Archive for February, 2017

Credit: NASA/JPL


MONROVIA, California – The 3rd landing site workshop for the 2020 Mars Rover mission was held here, bringing some 250 researchers together to mull over and whittle away at eight candidate landing sites.

Mars via Monrovia. International group mulls over prospective landing sites for Mars 2020 rover.
Credit: Leonard David

After nearly 3 days of deliberation – and much debate and discussion – a trio of landing sites for the future rover has apparently emerged: Jezero, NE Syrtis, and a hotly contested and invested candidate – the Columbia Hills/Gusev crater.

Yet another landing site workshop is on the books to further detail these candidate locales for the Mars 2020 rover.

This artist’s rendering depicts NASA’s Mars 2020 rover, with its robotic arm extended.

Eventually, the final go-to spot for the 2020 Red Planet robot is to be made by NASA Headquarters.

Contentious chatter

Of the three sites, the most contentious chatter involved Columbia Hills/Gusev. It’s the site where the Spirit rover cruised about, later becoming stuck in sand and died there. In May 2011, NASA ended its shout outs to the mired in sand Mars machinery.

On Mars, “Home Plate” is a ancient and eroded volcanic ash deposit about 100 yards across that lies in Gusev Crater’s Columbia Hills. At some point in the past a hot spring was active here, producing silica outcrops that appear nearly identical to the features found at the El Tatio hot springs in Chile. The silica outcrops lie next to Home Plate’s right edge, near the Spirit rover (circled).
Credit: NASA/JPL-Caltech/University of Arizona

Proponents of this return mission want to investigate and sample siliceous deposits discovered by the Spirit rover on the east side of a featured dubbed “Home Plate” as well as candidate deposits not visited by Spirit to the west and south of Home Plate.

These deposits have been compared on the basis of their morphology and mineralogy to hot spring sinter deposits known to support microbial life on Earth, and have thus been called potential biosignatures.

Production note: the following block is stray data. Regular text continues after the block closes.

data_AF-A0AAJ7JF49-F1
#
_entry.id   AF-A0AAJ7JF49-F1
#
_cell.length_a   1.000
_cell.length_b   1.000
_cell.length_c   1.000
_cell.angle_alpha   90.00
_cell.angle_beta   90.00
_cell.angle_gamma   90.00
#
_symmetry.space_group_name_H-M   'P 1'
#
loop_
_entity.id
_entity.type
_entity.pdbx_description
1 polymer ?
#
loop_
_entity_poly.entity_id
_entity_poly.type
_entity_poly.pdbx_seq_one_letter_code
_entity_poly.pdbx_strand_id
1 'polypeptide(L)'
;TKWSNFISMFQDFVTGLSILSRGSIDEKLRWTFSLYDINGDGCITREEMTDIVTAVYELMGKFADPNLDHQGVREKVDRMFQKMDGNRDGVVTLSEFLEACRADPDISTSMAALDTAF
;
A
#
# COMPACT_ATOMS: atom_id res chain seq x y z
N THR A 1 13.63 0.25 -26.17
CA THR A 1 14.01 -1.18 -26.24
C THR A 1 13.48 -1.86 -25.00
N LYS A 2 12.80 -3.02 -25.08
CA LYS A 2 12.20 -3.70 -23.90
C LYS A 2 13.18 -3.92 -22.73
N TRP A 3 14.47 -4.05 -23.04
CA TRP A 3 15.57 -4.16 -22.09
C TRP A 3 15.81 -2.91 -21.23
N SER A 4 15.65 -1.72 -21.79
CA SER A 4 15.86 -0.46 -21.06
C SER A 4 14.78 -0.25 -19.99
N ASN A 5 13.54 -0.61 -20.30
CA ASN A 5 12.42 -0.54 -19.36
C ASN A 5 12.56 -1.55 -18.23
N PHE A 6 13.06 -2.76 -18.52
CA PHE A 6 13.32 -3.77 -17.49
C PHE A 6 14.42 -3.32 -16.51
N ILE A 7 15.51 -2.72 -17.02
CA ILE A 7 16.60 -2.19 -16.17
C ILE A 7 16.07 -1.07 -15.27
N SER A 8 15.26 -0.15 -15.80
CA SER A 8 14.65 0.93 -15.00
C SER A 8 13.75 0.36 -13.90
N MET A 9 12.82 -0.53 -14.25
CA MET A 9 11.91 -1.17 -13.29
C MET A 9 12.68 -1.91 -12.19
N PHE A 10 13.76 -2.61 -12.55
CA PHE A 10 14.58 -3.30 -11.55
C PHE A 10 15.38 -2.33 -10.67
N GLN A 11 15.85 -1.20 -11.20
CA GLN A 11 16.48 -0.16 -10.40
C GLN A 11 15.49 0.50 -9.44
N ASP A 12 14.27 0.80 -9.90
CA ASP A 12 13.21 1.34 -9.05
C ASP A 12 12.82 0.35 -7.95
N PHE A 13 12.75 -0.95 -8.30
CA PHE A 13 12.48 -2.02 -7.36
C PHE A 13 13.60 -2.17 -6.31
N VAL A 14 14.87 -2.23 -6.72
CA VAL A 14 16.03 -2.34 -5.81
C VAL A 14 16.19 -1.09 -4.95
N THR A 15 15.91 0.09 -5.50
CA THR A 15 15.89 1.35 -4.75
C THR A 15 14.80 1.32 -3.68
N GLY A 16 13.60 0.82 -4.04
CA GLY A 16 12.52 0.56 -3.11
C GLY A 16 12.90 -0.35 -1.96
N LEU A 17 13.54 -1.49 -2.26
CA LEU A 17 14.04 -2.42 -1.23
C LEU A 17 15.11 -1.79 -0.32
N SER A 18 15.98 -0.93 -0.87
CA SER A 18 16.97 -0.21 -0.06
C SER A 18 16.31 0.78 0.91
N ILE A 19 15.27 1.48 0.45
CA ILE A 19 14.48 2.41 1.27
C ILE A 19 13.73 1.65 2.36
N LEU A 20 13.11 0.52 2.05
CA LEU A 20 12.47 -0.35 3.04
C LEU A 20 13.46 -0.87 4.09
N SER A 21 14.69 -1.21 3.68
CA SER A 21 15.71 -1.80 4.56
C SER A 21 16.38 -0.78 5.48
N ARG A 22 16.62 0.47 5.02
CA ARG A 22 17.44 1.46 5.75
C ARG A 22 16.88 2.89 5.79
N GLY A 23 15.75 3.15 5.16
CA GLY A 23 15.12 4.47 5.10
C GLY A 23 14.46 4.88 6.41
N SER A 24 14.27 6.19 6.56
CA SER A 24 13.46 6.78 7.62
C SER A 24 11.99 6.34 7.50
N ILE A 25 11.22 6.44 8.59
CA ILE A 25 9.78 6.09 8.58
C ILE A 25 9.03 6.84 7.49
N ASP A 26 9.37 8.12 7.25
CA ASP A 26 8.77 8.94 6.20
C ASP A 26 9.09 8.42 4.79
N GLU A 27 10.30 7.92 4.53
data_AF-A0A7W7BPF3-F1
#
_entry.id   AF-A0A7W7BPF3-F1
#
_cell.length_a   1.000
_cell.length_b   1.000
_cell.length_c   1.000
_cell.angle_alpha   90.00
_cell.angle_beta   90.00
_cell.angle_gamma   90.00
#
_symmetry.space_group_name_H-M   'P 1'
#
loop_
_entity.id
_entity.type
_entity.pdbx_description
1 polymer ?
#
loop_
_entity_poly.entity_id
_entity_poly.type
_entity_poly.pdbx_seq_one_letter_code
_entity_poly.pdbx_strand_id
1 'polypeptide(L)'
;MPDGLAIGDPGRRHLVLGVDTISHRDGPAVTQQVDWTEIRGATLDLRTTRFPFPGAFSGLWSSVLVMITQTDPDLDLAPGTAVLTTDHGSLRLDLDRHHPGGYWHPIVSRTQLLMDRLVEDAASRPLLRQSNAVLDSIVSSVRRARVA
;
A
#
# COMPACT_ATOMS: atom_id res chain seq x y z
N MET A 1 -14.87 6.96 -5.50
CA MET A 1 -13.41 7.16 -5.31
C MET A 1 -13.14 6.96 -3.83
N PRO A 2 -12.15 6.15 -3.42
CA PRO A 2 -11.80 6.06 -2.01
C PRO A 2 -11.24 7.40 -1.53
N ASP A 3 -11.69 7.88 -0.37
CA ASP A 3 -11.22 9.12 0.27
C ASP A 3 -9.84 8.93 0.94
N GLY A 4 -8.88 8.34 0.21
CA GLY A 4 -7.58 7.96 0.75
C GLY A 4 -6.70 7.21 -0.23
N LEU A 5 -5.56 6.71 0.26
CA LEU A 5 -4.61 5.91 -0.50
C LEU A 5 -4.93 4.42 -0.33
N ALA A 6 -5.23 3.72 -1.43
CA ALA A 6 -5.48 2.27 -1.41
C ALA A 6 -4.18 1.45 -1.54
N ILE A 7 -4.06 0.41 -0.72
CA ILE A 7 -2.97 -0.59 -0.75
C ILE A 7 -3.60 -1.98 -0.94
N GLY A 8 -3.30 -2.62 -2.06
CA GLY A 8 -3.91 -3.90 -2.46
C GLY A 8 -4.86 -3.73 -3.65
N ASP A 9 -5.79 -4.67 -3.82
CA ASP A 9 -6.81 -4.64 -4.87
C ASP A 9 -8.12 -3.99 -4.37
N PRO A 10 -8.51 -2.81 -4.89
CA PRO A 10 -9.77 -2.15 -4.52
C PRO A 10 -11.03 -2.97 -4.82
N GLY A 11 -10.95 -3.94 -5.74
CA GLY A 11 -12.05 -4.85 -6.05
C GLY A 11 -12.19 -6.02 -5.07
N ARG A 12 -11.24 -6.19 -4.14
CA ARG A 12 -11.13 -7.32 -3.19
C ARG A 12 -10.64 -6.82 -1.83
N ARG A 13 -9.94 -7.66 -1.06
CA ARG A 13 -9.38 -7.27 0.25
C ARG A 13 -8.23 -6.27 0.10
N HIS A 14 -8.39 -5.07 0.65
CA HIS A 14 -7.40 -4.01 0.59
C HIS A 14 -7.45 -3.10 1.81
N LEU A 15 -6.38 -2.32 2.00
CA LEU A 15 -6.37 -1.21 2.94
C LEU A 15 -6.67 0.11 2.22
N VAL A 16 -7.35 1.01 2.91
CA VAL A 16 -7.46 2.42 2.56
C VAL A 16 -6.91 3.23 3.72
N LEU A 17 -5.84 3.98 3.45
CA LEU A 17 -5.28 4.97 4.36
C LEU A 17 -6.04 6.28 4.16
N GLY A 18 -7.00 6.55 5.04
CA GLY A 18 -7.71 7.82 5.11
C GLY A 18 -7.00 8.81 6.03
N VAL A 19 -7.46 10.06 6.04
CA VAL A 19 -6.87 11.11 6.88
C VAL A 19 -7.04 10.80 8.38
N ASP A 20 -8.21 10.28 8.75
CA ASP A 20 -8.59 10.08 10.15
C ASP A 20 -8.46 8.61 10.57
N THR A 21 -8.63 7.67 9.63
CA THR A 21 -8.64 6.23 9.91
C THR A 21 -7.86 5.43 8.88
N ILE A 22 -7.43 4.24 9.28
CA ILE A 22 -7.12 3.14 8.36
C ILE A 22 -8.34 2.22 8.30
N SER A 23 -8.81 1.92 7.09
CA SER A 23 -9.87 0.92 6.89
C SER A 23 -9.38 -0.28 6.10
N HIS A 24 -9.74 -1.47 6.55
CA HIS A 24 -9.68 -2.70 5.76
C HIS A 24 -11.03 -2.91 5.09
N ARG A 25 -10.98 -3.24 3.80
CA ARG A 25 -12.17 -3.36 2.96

That’s the Spirit

As discussed earlier on Inside Outer Space, go to these stories for more background on the Columbia Hills/Gusev site:

Did the Spirit Mars Rover Find a Biosignature of Past Life?


Searching for Life on Mars: A Re-look at Spirit Rover Finding







Mastcam Left image from Curiosity rover taken on Sol 1604, February 9, 2017.
Credit: NASA/JPL-Caltech/MSSS


The Curiosity Mars rover’s Chemistry & Camera (ChemCam) is expected to be back in operation shortly, after running a set of planned diagnostics.

Mastcam observations have been underway to look for any changes in the nearby sand.

Mastcam also has multispectral observations of targets “Matagamon,” “Scarboro,” and “Flume Ridge.” Mastcam is on tap too to create a mosaic of some interesting sand ripples.

Curiosity Navcam Right B image taken on Sol 1605, February 10, 2017.
Credit: NASA/JPL-Caltech


Dust devil movie

In addition, Mastcam atmospheric observations and a Navcam dust devil movie is on the schedule, reports Ryan Anderson, a planetary scientist at the USGS Astrogeology Science Center in Flagstaff, Arizona.

The robot’s assignments included use of the Mars Hand Lens Imager (MAHLI) to take a look at “Matagamon,” “West Branch,” “Flume Ridge,” “Dry Wall” and “McKenny.”

Moving on

This action is to be followed by an engineering test with the rover’s Alpha Particle X-Ray Spectrometer (APXS) and perform an overnight APXS measurement of the target “Flume Ridge.”

Curiosity Mars Hand Lens Imager (MAHLI) photo acquired on February 10, 2017, Sol 1605.
Credit: NASA/JPL-Caltech/MSSS

If all goes according to plan, observations by Curiosity will move on to stop #2 of this second campaign to study Bagnold dunes, Anderson concludes.

Curiosity Navcam Right B image taken on Sol 1601, February 2, 2016.
Credit: NASA/JPL-Caltech


The second half of the Curiosity Mars rover’s campaign to study the “Bagnold Dunes” is well underway.

Now in Sol 1603, the robot is conducting Mastcam mosaics of the dunes, which will be repeated several times to watch for changes, reports Ryan Anderson, a planetary scientist at the USGS Astrogeology Science Center in Flagstaff, Arizona.

Curiosity Mastcam Left image taken on Sol 1601, February 6, 2017.
Credit: NASA/JPL-Caltech/MSSS

Return to active duty

Mastcam is also to do a couple of measurements to determine the amount of dust in the atmosphere. Navcam was to perform a dust devil monitoring observation.

Curiosity’s Chemistry & Camera (ChemCam) was set to do an active laser-induced breakdown spectroscopy (LIBS) observation of the soil target “Mapleton” as the final step in the diagnostics that will allow it to return to active duty.

Curiosity Front Hazcam Left B image taken on Sol 1603, February 8, 2017.
Credit: NASA/JPL-Caltech

Having a field day

In addition to change detection, Anderson notes that the rover’s Mastcam has a stereo image of some bedforms at “Flume Ridge,” a 9×2 mosaic of the interesting nearby dune field, and a 3×2 observation in support of the campaign to watch for dust devils.